Making pasta with cricket flour is not completely new, but it’s the first time a chef and a pasta maker offer this futuristic ensemble in Italy. “It’s an idea”, says Luciano Monosilio, “that I developed after travelling extensively to China, Vietnam and Thailand, and which I have designed thanks to the help of my friend Riccardo Felicetti. It’s an audacious endeavour, one because entomophagy in Italy is still considered taboo, and two, because we are violating a symbol of Italian cuisine: pasta”.
The role of entomophagy
Let’s take a step back first: what is entomophagy exactly? We asked Enzo Moretto, director of Butterfly Arc in Montegrotto, and of Esapolis, the Museum of insects in Padua, a collaborator on the project. “The consumption of insects as food by humansis nothing new: approximately two billion people feed on them, think the rural communities of South America, populations of Indonesia and China, Angola or New Guinea, for example. These don’t consume insects as a consequence of poverty, rather because it has been part of their culture for centuries, as well as being considered a delicacy”.Modern entomophagy however does not wish to enter a cultural question, it rather moves along the lines of ecology and sustainability, posing the goal of using a resource that’s hardly used, to feed the planet. “We are close to 9 billion. We have to start finding alternatives”.
Europe (and Italy) are the slowest in this race: “When defining novel foods, insects weren’t even considered, so for the time being there is a legislative vacuum that’s waiting to be filled”. In reference to Regulatory CE 258/1997, addressing novel food and alimentary security, non-conventional animal foods like frogs, snails, yet no word about insects. After this, the regulation was repealed by the UE 2015/2283 regulation, which opens the list to include insects. Practically, the issue has changed very little, since before being included and registered in a single European list, insects must be vetted by European Food Security Authority.“With the topic of modern entomophagy we are trying to stimulate EFSA in attempting to recuperate lost time, without ever imposing the consumption of eating grasshoppers. I’ll use a simile: if today an entrepreneur starts producing wine it will surely not be like it used to be made in the past. The winemaker will base production using modern technology. This is what we are talking about for our project.” In short, nobody is forcing us to ingurgitate larvae or whole crickets on the plate, but rather there are food projects involving culturally accepted insects, like flours that can be accepted as traditional.
This is the starting point adopted by Monosilio and Felicetti when they devised dried pasta made with cricket flour, obtained thanks to a precious collaboration with engineers and lab technicians of Gruppo Pavan (leading entity in the construction of pasta making machinery). The chef at Pipero underlines this:“Pasta made with cricket flour is a concept distant from eating a plate of whole fried crickets. We’d like to make the fine dining sector aware – many colleagues are already jumping on the bandwagon – demonstrating how taking on this path is doable: insects will not be the foodstuffs of the future, but can represent a healthy and sustainable alternative”. According to a study conducted by the Esapolis museum, in collaboration with University of Padua, it has become clear that Acheta domesticus (the name for domestic crickets) are very rich in protein; possess a low glycaemic index number and a double calcium supply. The data changes according to the insects diet, as explained by Enzo Moretto:“The only issue with cricket flour is that it contains many fats, which implies a shorter shelf life. Yeti f we modify the insect’s diet we can surely control this aspect. Alternatively, we will change species. Don’t forget this is merely the tip of the iceberg of an ever evolving process”.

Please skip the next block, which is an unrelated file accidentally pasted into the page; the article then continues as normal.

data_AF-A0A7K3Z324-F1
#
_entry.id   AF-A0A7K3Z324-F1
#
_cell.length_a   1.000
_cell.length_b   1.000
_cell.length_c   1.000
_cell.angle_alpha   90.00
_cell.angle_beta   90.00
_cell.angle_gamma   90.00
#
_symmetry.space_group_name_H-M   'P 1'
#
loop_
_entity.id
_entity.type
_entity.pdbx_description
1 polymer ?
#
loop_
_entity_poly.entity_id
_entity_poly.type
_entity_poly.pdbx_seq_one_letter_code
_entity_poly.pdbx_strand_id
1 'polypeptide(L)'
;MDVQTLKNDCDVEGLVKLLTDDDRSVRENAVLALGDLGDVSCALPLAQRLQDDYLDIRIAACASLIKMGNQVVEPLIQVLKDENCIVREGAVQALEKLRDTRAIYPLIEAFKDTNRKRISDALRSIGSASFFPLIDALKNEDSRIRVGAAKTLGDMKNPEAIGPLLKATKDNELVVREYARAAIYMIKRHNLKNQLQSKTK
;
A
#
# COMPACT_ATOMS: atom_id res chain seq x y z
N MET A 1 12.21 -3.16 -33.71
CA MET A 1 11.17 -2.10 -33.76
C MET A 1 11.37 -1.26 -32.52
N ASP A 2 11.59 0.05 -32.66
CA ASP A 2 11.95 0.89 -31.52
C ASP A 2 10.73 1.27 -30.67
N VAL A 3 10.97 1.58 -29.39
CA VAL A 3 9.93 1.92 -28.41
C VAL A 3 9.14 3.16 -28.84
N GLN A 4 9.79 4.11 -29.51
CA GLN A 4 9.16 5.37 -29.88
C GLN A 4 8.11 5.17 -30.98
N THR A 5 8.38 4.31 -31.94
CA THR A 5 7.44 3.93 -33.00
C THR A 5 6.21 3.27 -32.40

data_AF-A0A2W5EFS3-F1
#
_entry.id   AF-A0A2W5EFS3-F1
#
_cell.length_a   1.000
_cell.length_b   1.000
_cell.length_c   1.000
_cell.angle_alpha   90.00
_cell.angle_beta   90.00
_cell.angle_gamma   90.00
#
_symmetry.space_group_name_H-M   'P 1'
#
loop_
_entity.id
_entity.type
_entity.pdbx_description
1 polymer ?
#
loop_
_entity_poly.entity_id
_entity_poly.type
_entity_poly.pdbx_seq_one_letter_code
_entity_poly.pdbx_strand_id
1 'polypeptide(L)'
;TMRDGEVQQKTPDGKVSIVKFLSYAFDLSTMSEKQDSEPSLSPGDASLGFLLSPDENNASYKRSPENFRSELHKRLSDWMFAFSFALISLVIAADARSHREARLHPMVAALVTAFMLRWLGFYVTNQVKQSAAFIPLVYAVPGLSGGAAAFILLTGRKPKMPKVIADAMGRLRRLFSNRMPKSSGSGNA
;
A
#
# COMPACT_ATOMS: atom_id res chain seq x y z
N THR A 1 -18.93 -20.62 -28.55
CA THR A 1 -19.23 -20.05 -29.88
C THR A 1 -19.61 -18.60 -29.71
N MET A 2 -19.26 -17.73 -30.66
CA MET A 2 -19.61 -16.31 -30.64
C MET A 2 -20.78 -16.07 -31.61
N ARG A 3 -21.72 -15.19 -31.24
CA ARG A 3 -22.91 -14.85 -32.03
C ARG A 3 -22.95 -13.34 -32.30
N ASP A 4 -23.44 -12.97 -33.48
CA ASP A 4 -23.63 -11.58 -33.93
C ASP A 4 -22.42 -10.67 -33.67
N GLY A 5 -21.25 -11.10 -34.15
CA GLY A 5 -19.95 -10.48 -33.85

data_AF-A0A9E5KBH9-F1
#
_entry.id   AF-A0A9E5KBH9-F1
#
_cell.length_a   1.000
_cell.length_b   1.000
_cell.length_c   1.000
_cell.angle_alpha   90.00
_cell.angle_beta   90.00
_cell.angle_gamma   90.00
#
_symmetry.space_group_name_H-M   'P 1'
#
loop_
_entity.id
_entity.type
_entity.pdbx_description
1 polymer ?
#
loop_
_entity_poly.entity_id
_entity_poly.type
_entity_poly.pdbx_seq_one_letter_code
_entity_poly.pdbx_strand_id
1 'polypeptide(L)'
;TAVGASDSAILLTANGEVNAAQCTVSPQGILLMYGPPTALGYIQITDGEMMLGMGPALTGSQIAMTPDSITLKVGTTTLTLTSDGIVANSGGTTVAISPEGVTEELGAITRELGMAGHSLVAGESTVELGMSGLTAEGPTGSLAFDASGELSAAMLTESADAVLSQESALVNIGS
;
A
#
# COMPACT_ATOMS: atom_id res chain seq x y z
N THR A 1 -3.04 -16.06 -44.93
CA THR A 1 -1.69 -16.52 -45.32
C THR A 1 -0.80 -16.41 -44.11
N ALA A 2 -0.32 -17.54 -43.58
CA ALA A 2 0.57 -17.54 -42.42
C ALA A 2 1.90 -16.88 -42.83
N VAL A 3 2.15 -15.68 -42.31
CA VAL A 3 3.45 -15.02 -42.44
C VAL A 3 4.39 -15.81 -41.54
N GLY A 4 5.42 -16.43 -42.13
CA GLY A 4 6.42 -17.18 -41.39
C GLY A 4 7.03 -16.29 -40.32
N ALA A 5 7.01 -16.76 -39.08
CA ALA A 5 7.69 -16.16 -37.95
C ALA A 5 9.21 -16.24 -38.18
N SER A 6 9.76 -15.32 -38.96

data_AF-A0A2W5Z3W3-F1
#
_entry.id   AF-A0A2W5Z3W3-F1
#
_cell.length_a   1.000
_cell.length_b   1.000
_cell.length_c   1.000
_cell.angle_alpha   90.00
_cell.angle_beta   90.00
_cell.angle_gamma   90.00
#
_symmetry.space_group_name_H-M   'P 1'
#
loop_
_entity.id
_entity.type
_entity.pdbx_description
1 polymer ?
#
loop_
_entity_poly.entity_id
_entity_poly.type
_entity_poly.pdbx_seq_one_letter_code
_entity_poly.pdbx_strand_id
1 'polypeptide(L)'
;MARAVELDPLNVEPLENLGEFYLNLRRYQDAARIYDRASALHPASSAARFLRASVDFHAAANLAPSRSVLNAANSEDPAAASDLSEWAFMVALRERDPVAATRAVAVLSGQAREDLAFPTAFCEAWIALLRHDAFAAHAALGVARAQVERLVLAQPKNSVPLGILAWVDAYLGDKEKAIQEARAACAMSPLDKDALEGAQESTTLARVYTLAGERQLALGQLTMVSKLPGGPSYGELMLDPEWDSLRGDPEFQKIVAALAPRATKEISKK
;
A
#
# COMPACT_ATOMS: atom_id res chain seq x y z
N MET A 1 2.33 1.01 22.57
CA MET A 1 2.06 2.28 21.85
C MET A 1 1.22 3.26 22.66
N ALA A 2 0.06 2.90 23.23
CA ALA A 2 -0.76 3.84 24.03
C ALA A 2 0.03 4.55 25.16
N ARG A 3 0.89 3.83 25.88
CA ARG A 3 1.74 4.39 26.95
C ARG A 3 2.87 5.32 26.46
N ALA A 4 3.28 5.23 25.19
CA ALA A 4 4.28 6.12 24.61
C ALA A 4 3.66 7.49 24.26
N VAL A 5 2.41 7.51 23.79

Flour made with crickets
Rigatoni made with cricket flour
The higher fat content compared to a wheat-based pasta does not only reflect on different nutritional values, it also poses a challenge for Riccardo Felicetti. Before nailing the final blend (made up with 80% durum wheat semolina and 20% domestic cricket flour, bred in Monselice by twin brothers Antonio and Giuseppe Bozzaotra) lots of testing had to be conducted. “At the beginning I didn’t know how much water the flour could absorb”, says Felicetti,“then, considering how the cricket flour contains more water-repellent fats, we added more water to the dough. At the end we solved some elasticity issues by changing the filters during the grinding process”. Once the desired extrusion thickness and degree of dryness were achieved, cooking time is only slightly less than regular semolina rigatoni.
The product is a light amber colour (reminiscent of buckwheat pasta), rough texture and slightly mottled. The flavour is intense and a lightly toasted finish. This is the pilot project waiting for Italian law to formally accept the production and sale of this novel food. The producers wish to be ready ahead of time. “I believe a pasta maker should enter the realm of research to be ready for future scenarios. The experience matured with Luciano and Pavan will be very useful for a future production, if it will ever see the light. In the meantime, we will continue to collect all the necessary elements to further develop the product, in view of a process standardization”.
Pipero | Corso Vittorio Emanuele, 246 | Rome | www.piperoroma.it
Pasta Felicetti | Predazzo (TN) | via Felicetti, 9 | tel. 0462 508600 | http://www.felicetti.it/it/
by Annalisa Zordan
translated by Eleonora Baldwin